Fort Augustus, Loch Ness
History, tourist information, and nearby accommodation
The pretty village of Fort Augustus lies at the southern end of Loch Ness and is one of the most popular visitor destinations on the Loch. The village straddles the Caledonian Canal, the 19th-century engineering project that connects Inverness on the east coast to Fort William on the west coast.
Watching boats pass through the canal on their way to and from Loch Ness is always a popular pastime and you can often find the canal locks lined with visitors.
The story of Fort Augustus really begins with the Jacobite rebellion of 1715. The rebellion attempted - unsuccessfully - supplant King George I and place James Stewart 'The Old Pretender' on the throne. The rebellion was quickly suppressed but the Hanoverian government in London wanted to ensure that the unruly Highlands were kept firmly under control.
To that end, they launched an ambitious program of road and bridge building to aid military transport and linked those roads to major forts. Among those forts were Fort George, near Inverness, and Fort William, at the western end of the Great Glen. Until the 18th century, the only fortress on Loch Ness itself was Urquhart Castle, which by that time was in decay.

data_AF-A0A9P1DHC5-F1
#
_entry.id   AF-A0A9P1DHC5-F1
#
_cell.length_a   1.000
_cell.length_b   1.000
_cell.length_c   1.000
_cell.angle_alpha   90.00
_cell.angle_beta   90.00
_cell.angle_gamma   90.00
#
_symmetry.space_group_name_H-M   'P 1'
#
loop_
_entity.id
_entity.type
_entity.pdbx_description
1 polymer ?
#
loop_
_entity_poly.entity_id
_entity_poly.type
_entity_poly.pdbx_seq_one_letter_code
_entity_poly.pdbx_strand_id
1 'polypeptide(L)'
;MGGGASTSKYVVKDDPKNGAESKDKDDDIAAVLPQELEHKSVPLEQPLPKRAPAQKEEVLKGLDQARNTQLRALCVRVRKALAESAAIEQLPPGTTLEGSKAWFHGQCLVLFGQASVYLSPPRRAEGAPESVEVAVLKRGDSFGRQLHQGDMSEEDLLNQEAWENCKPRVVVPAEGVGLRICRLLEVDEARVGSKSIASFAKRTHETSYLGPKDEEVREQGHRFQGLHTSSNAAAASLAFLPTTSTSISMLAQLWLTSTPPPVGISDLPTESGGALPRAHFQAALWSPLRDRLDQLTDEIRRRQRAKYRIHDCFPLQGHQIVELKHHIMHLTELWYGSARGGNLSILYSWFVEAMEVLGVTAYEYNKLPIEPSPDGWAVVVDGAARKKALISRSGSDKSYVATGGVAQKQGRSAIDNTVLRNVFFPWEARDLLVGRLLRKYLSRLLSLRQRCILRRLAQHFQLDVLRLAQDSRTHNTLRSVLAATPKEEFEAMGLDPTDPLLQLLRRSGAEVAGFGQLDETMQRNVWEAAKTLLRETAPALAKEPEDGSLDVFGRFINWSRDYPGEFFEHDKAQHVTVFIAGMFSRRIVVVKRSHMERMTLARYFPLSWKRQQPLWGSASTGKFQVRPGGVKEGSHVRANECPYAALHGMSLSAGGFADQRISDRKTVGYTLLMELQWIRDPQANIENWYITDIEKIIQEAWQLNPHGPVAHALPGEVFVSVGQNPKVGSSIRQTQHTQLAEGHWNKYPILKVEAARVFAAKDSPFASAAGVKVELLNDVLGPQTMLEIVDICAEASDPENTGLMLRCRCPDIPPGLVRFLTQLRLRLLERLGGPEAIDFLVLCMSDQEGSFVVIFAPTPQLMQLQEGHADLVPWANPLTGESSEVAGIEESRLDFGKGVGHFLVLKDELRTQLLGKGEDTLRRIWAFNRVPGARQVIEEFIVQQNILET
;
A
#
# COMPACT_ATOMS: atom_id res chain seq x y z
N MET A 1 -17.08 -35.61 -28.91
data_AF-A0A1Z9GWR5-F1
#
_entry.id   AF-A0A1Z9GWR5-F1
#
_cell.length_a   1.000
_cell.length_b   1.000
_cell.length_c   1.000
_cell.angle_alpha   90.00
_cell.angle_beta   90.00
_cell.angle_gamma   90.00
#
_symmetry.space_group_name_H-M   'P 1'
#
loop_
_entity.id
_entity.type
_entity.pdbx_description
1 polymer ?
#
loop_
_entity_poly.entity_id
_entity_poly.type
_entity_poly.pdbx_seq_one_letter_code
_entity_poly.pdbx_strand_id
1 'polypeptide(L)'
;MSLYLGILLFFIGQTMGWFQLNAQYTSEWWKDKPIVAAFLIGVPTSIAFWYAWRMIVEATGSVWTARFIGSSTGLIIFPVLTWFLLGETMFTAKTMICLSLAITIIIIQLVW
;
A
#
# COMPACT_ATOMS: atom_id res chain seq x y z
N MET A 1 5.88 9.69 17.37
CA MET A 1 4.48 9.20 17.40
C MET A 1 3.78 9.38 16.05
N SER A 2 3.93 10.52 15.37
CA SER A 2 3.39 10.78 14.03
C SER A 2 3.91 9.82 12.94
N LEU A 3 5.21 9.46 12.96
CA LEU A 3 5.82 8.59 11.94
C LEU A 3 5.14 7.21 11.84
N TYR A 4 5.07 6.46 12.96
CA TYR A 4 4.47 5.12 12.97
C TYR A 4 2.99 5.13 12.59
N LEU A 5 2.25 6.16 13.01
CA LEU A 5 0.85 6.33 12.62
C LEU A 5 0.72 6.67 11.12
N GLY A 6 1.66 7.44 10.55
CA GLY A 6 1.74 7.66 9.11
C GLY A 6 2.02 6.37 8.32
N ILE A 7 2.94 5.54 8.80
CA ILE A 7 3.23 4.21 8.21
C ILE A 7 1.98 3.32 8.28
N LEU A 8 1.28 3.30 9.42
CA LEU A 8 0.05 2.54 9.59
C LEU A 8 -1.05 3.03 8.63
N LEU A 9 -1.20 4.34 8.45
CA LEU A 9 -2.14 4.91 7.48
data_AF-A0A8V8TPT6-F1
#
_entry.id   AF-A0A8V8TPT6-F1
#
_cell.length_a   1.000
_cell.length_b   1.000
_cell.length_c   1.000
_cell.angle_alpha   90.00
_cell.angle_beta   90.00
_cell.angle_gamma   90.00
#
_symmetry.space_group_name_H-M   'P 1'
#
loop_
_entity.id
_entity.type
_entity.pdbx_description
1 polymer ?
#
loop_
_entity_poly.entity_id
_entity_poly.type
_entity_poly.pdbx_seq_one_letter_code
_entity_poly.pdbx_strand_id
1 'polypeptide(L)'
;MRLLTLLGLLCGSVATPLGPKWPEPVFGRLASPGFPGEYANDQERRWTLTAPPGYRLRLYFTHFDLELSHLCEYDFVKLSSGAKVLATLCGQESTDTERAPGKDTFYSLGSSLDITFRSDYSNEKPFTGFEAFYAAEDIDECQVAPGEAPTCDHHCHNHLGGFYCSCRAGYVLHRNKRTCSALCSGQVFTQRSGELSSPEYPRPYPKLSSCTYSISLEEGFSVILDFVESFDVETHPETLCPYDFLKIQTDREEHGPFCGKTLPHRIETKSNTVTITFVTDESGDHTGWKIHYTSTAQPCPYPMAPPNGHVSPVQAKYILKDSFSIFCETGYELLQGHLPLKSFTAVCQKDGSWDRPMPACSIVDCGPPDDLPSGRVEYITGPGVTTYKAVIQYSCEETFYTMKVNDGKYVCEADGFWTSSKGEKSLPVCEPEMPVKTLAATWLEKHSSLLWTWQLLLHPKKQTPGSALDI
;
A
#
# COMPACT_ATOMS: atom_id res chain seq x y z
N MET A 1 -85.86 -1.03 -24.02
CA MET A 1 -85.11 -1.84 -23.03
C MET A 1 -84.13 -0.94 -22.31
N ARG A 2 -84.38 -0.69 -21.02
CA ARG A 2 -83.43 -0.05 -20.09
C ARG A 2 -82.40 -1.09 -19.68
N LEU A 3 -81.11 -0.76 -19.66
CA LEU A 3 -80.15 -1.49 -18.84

A new military barracks was built at Kiliwhimen, at the point where the River Oich empties into Loch Ness. The name Kiliwhimen is an English mangling of the original Gaelic name Cill Chuimein.
Kiliwhimen Barracks was begun in 1716 and were composed of two three-storey blocks within a defensive curtain wall. It was built to house 60 soldiers. Little of the Barracks remain today beyond a section of the curtain wall. The Barracks site is now occupied by the Lovat Hotel.